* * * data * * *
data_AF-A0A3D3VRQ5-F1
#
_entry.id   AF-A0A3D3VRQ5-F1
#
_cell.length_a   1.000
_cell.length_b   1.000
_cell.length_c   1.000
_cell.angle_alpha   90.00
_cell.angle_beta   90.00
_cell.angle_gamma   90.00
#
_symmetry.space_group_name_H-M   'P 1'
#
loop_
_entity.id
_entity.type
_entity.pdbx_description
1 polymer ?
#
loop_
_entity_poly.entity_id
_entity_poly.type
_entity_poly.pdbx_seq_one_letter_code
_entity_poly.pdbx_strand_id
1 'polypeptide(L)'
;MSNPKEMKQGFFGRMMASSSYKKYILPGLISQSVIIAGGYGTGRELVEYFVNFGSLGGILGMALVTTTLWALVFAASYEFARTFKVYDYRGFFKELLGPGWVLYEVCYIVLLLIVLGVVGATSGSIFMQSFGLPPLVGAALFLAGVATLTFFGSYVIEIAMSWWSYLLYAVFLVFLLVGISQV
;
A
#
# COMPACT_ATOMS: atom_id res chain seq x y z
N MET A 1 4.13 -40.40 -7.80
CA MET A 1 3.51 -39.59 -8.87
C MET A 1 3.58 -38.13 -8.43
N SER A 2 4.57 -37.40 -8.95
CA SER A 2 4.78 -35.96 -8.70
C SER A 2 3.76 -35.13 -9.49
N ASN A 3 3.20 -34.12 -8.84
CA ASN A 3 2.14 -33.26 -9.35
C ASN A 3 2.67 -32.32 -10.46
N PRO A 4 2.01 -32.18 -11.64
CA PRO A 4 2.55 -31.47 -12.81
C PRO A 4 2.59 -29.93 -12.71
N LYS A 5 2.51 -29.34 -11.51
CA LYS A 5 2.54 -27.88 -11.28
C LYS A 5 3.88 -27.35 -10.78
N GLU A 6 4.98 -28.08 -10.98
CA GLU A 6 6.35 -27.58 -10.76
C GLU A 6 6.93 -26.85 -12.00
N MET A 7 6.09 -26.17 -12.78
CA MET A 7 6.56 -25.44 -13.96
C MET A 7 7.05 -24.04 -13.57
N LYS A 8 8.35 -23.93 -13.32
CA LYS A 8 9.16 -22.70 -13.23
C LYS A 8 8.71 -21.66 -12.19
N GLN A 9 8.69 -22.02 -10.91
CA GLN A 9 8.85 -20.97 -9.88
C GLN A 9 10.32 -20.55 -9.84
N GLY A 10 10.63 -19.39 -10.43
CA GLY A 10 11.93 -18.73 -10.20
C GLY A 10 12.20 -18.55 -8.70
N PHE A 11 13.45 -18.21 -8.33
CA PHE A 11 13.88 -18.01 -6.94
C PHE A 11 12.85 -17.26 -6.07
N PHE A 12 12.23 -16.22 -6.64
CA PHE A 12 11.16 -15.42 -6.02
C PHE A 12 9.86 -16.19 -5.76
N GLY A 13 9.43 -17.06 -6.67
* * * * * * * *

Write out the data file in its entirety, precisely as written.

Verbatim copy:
data_AF-A0A3D3VRQ5-F1
#
_entry.id   AF-A0A3D3VRQ5-F1
#
_cell.length_a   1.000
_cell.length_b   1.000
_cell.length_c   1.000
_cell.angle_alpha   90.00
_cell.angle_beta   90.00
_cell.angle_gamma   90.00
#
_symmetry.space_group_name_H-M   'P 1'
#
loop_
_entity.id
_entity.type
_entity.pdbx_description
1 polymer ?
#
loop_
_entity_poly.entity_id
_entity_poly.type
_entity_poly.pdbx_seq_one_letter_code
_entity_poly.pdbx_strand_id
1 'polypeptide(L)'
;MSNPKEMKQGFFGRMMASSSYKKYILPGLISQSVIIAGGYGTGRELVEYFVNFGSLGGILGMALVTTTLWALVFAASYEFARTFKVYDYRGFFKELLGPGWVLYEVCYIVLLLIVLGVVGATSGSIFMQSFGLPPLVGAALFLAGVATLTFFGSYVIEIAMSWWSYLLYAVFLVFLLVGISQV
;
A
#
# COMPACT_ATOMS: atom_id res chain seq x y z
N MET A 1 4.13 -40.40 -7.80
CA MET A 1 3.51 -39.59 -8.87
C MET A 1 3.58 -38.13 -8.43
N SER A 2 4.57 -37.40 -8.95
CA SER A 2 4.78 -35.96 -8.70
C SER A 2 3.76 -35.13 -9.49
N ASN A 3 3.20 -34.12 -8.84
CA ASN A 3 2.14 -33.26 -9.35
C ASN A 3 2.67 -32.32 -10.46
N PRO A 4 2.01 -32.18 -11.64
CA PRO A 4 2.55 -31.47 -12.81
C PRO A 4 2.59 -29.93 -12.71
N LYS A 5 2.51 -29.34 -11.51
CA LYS A 5 2.54 -27.88 -11.28
C LYS A 5 3.88 -27.35 -10.78
N GLU A 6 4.98 -28.08 -10.98
CA GLU A 6 6.35 -27.58 -10.76
C GLU A 6 6.93 -26.85 -12.00
N MET A 7 6.09 -26.17 -12.78
CA MET A 7 6.56 -25.44 -13.96
C MET A 7 7.05 -24.04 -13.57
N LYS A 8 8.35 -23.93 -13.32
CA LYS A 8 9.16 -22.70 -13.23
C LYS A 8 8.71 -21.66 -12.19
N GLN A 9 8.69 -22.02 -10.91
CA GLN A 9 8.85 -20.97 -9.88
C GLN A 9 10.32 -20.55 -9.84
N GLY A 10 10.63 -19.39 -10.43
CA GLY A 10 11.93 -18.73 -10.20
C GLY A 10 12.20 -18.55 -8.70
N PHE A 11 13.45 -18.21 -8.33
CA PHE A 11 13.88 -18.01 -6.94
C PHE A 11 12.85 -17.26 -6.07
N PHE A 12 12.23 -16.22 -6.64
CA PHE A 12 11.16 -15.42 -6.02
C PHE A 12 9.86 -16.19 -5.76
N GLY A 13 9.43 -17.06 -6.67